Although company officials at Macquarie announced that they would reduce the storage of that kind of fuel, the company was later accused by investors of continued heavy involvement with the product.
Moab Partners LP, an investment firm joined by others, sued Macquarie and its storage subsidiary under both the anti-fraud securities law and the trends-reporting rule. This was a lawsuit filed on behalf of a class of investors in Macquarie stock.
The lawsuit claimed that the company misled investors, artificially inflating its stock price, by filing financial reports that said it was reducing the length of storage of fuels that could affect future contracts, but predicted continued strong demand for products stored by its subsidiary.
Those reports did not mention the coming enforcement of the UN group’s ruling against 6-oil in shipping. After the UN ruling came to light, the price of Macquarie’s stock dropped by 41 percent, affecting investors’ holdings.
A federal trial judge dismissed the lawsuit, concluding that the investor firms had not shown that any statements the company made were misleading, as required by 10b-5, the anti-fraud law. However, a federal appeals court revived the lawsuit, ruling that a failure to make a disclosure required by the trends-reporting mandate (Rule 303) could support a lawsuit to enforce 10b-5.
Macquarie and its affiliates appealed the case to the Supreme Court, arguing that the federal appeals courts are split on whether an omission on a periodic statement filed under Rule 303 can be the basis of a lawsuit under the anti-fraud provisions of 10b-5. (The case still uses the name Macquarie even though the company has since changed its name to Atlantic Aviation Infrastructure Corp. The name change does not affect the legal issues.)
The questions before the Court: What, if any, legal link is there between a company’s duty not to mislead or deceive investors about its stock and its duty, under a separate federal rule, to discuss trends in the industry that may affect company performance? Are private investors barred from enforcing the Rule 303 disclosure requirement about industry trends?
Significance: This dispute among lower courts on the twin obligations of disclosure by publicly owned companies has persisted for years. The Supreme Court agreed to straighten it out by agreeing to rule on an earlier case, in 2017, but that case was settled out of court before the Justices could rule.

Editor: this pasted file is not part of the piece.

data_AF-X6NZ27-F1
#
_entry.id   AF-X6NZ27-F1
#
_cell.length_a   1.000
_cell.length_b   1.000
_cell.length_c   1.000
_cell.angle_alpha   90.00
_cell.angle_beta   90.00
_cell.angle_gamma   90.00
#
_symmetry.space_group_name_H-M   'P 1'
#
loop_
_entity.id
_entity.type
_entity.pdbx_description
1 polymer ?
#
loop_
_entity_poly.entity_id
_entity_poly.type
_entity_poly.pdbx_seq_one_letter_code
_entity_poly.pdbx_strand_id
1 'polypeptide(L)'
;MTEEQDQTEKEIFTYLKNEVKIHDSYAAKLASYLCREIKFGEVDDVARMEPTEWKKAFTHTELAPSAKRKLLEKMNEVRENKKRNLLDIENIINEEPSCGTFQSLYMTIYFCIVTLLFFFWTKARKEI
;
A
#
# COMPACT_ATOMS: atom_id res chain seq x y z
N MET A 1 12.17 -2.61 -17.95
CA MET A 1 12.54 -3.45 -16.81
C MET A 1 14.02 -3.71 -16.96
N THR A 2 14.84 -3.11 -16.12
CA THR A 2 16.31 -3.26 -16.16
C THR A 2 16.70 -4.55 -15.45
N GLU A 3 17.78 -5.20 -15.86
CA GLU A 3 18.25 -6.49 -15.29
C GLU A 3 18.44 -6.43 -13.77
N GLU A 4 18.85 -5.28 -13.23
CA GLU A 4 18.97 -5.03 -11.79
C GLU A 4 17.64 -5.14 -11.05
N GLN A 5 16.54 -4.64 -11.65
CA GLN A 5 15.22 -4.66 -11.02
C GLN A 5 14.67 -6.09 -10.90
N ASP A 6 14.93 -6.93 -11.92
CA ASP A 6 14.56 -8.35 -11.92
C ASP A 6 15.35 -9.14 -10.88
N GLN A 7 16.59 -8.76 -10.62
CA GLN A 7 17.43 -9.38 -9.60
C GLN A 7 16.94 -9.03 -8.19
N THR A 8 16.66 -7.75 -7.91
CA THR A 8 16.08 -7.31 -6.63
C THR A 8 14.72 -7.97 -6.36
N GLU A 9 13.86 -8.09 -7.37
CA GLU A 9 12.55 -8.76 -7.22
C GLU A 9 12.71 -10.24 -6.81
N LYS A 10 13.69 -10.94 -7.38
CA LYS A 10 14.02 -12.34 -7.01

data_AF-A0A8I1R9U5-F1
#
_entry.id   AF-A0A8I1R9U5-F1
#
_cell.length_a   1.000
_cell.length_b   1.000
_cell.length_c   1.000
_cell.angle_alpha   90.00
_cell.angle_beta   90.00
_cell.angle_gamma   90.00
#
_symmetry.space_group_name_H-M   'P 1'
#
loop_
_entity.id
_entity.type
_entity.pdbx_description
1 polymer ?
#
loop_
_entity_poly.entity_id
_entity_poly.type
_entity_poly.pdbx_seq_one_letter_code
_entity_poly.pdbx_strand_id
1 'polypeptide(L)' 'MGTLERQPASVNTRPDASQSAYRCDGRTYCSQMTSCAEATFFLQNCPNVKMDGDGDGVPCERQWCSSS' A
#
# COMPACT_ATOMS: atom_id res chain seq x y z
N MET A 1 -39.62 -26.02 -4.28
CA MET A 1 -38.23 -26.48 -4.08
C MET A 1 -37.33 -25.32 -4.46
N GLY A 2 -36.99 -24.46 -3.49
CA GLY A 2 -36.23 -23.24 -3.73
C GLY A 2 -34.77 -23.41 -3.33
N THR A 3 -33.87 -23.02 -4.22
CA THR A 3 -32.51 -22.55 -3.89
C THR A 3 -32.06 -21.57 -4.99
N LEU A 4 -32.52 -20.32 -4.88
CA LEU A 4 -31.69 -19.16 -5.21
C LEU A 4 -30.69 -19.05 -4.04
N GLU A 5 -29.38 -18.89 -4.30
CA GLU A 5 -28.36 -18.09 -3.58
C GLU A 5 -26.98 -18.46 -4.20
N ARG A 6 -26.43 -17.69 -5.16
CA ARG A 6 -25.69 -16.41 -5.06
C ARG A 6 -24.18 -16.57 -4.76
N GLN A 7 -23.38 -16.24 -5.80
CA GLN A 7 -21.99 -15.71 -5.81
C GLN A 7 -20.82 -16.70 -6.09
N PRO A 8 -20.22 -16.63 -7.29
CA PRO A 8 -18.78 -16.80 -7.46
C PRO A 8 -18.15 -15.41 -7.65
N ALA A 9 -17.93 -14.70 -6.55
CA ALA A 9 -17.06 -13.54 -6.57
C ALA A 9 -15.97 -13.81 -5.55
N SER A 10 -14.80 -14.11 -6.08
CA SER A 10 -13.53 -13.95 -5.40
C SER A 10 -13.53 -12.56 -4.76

The fuel storage company’s appeal argues that the ruling against it in this case will “open the floodgates to potentially crippling private action liability.” The appeal also seeks to take advantage of a ruling against such lawsuits, issued by a federal appeals court when Justice Samuel A. Alito, Jr., sat on that lower court. (Justice Alito is taking part in the Supreme Court’s review of this case; ethics standards do not require a judge to step aside because they had taken a prior position on a case not involving the same parties.)
The case will give the Justices an opportunity to clarify how open publicly held companies must be, when they fulfill their reporting duties with the federal government. Securities law and rules are heavily centered on avoiding misleading the investing public, but have not been generally understood to mean that investors have a right to know everything that they would like revealed to them.
The Court will broadcast “live” the audio (no video) of this hearing on its homepage, supremecourt.gov To listen, click on “Live Audio” and follow the prompt when the courtroom scene appears lower on the page. The audio also will be available, under the title of the case, on C-Span TV at this link: cspan.org/supremecourt
(NOTE: Tomorrow morning, a discussion of the second Court hearing that day will appear in this space. That case is a new test of the right of property owners to be paid when the government takes some of their property for a public use.)